October 3, 2015

What makes a good massage? Well, that is a good question. Is it the right pressure? How about the time spent on needed areas? Is it the therapist? Or maybe it is the fact that you are relaxed and out of pain when it is over?

These are all good questions, and it seems like all I can do is ask questions. But what makes a good session is something that is different to each individual. And every person that receives a massage has different things that they look for. Some like deep pressure, others not so deep. Some like conversation, others like silence. So, I guess the only approach I can take is to tell you what I think a good session consists of, and you can take that and compare it to your own likes.

Obviously, the first impression is the most important. In that, I like the therapist to be pleasant. I look for the space to be calming. I expect them to spend some time with me to see what exactly is going on, to get a good idea on how to work and what needs special attention. I look for them to have (or suggest) a plan that will be the best for me.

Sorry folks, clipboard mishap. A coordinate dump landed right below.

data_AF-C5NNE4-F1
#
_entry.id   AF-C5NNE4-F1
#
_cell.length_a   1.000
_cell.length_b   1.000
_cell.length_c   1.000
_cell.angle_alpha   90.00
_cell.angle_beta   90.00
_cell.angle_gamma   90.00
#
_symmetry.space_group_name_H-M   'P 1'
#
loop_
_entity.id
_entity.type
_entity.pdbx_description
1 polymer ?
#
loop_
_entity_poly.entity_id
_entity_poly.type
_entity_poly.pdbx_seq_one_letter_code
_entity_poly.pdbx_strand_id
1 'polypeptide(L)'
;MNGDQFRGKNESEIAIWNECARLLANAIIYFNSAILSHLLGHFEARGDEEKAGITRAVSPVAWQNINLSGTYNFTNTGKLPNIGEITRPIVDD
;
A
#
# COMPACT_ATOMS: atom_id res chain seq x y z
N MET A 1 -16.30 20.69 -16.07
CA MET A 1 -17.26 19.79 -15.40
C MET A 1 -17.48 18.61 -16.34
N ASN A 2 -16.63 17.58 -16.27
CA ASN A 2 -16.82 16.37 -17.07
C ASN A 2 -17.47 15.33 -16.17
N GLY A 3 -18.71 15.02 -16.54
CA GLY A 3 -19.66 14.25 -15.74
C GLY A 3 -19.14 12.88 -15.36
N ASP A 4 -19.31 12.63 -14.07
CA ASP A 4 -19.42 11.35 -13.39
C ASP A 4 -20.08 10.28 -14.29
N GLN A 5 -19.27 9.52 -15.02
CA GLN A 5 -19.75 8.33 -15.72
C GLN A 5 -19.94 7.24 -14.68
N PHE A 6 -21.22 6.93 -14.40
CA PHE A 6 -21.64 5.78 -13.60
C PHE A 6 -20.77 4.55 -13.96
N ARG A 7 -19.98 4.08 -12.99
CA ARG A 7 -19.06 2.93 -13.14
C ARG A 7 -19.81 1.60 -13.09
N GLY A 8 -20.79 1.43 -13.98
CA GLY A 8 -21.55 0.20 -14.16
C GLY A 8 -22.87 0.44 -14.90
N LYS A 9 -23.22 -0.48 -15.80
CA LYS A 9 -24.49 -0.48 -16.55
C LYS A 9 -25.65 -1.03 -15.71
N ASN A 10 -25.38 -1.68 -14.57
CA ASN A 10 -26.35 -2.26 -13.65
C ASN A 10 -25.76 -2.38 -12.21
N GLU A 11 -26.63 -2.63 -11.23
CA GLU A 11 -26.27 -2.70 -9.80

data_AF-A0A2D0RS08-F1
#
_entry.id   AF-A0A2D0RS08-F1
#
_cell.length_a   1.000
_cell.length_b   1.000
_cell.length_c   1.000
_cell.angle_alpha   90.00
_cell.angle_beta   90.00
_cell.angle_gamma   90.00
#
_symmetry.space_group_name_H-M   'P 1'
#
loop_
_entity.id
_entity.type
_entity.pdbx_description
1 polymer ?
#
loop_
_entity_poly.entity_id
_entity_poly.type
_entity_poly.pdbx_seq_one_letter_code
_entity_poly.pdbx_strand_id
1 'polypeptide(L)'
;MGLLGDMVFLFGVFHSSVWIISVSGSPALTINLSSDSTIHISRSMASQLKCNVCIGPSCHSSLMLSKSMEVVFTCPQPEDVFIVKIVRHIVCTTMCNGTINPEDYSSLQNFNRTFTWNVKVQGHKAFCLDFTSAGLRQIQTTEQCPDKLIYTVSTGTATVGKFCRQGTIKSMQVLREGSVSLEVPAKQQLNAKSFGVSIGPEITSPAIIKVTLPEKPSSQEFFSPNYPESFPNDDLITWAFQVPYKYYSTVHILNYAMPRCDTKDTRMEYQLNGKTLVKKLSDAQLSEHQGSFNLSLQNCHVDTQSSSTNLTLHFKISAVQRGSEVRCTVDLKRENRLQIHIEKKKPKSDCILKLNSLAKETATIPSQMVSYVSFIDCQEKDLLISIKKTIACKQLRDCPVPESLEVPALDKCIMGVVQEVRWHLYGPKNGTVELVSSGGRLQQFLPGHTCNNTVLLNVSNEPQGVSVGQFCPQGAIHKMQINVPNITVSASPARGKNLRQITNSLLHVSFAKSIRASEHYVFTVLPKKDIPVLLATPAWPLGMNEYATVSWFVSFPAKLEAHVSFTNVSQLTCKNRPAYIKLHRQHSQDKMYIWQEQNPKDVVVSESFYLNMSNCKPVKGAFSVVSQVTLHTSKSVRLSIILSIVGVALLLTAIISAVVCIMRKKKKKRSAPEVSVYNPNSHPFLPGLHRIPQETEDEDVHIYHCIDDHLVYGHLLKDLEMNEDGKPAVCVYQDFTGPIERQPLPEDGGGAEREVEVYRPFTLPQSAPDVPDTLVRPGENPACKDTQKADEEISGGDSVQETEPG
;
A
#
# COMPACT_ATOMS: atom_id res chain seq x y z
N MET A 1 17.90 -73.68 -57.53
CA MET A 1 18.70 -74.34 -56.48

On the table, I want them to be quiet unless they have specific questions or concerns. I expect the massage itself to be firm, not too deep, not too light. Of course, I expect that to change in certain areas that need working out. If I ask for more pressure, I expect them to give it. If they are beating on me too hard, I expect them to ease off if I ask. Basically, I expect their touch to be competent and knowledgeable.

I expect them to work all parts of the body from back to glutes to legs to shoulders to abdominals (abs) in a non-sexual manner (excluding genitals of course). After all, every part of the body has important muscles in it, and those muscles connect to all other muscles. To work one muscle group and not another does not make sense. For instance, the glutes (buttocks) are a major part of the low back. If there are low back problems, these muscles need to be worked. The ab muscles are a key part of the core of your being. All too many people don't do them.

When the session is over, I expect to have a few minutes with the therapist to offer feedback and see if they have suggestions.

I guess for me, the mark of a good session is that I am not rushed in and out, that sufficient time is taken to make sure they do what is needed. I like to feel like the therapist cares about me as a person, and that shows not only in their attitude, but in their work. That for me is what makes a good massage. It is what we try to give because our passion for doing this makes us.

What makes a good massage for you?